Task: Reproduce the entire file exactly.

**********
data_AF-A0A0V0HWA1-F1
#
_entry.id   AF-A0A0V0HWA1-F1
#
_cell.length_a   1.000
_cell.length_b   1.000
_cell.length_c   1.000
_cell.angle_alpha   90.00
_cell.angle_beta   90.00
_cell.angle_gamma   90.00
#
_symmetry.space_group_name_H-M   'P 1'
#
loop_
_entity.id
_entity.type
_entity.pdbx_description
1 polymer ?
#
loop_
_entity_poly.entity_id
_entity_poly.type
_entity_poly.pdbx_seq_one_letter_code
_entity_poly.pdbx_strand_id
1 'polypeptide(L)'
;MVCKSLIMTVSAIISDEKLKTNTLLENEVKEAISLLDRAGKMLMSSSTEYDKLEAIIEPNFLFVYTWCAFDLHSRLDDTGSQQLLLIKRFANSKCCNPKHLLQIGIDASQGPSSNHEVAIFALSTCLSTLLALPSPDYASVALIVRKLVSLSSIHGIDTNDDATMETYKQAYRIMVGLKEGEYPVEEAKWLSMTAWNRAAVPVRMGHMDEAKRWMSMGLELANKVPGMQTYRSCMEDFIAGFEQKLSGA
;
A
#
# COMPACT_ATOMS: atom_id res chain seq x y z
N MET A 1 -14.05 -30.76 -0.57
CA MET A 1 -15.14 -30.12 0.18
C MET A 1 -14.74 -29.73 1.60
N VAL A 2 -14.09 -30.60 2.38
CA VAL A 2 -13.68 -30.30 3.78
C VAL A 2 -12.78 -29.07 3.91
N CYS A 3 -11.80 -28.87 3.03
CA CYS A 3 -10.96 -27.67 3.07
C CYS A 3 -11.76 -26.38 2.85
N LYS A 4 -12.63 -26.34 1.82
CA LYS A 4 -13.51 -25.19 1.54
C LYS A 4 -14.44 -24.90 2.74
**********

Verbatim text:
data_AF-A0A0V0HWA1-F1
#
_entry.id   AF-A0A0V0HWA1-F1
#
_cell.length_a   1.000
_cell.length_b   1.000
_cell.length_c   1.000
_cell.angle_alpha   90.00
_cell.angle_beta   90.00
_cell.angle_gamma   90.00
#
_symmetry.space_group_name_H-M   'P 1'
#
loop_
_entity.id
_entity.type
_entity.pdbx_description
1 polymer ?
#
loop_
_entity_poly.entity_id
_entity_poly.type
_entity_poly.pdbx_seq_one_letter_code
_entity_poly.pdbx_strand_id
1 'polypeptide(L)'
;MVCKSLIMTVSAIISDEKLKTNTLLENEVKEAISLLDRAGKMLMSSSTEYDKLEAIIEPNFLFVYTWCAFDLHSRLDDTGSQQLLLIKRFANSKCCNPKHLLQIGIDASQGPSSNHEVAIFALSTCLSTLLALPSPDYASVALIVRKLVSLSSIHGIDTNDDATMETYKQAYRIMVGLKEGEYPVEEAKWLSMTAWNRAAVPVRMGHMDEAKRWMSMGLELANKVPGMQTYRSCMEDFIAGFEQKLSGA
;
A
#
# COMPACT_ATOMS: atom_id res chain seq x y z
N MET A 1 -14.05 -30.76 -0.57
CA MET A 1 -15.14 -30.12 0.18
C MET A 1 -14.74 -29.73 1.60
N VAL A 2 -14.09 -30.60 2.38
CA VAL A 2 -13.68 -30.30 3.78
C VAL A 2 -12.78 -29.07 3.91
N CYS A 3 -11.80 -28.87 3.03
CA CYS A 3 -10.96 -27.67 3.07
C CYS A 3 -11.76 -26.38 2.85
N LYS A 4 -12.63 -26.34 1.82
CA LYS A 4 -13.51 -25.19 1.54
C LYS A 4 -14.44 -24.90 2.74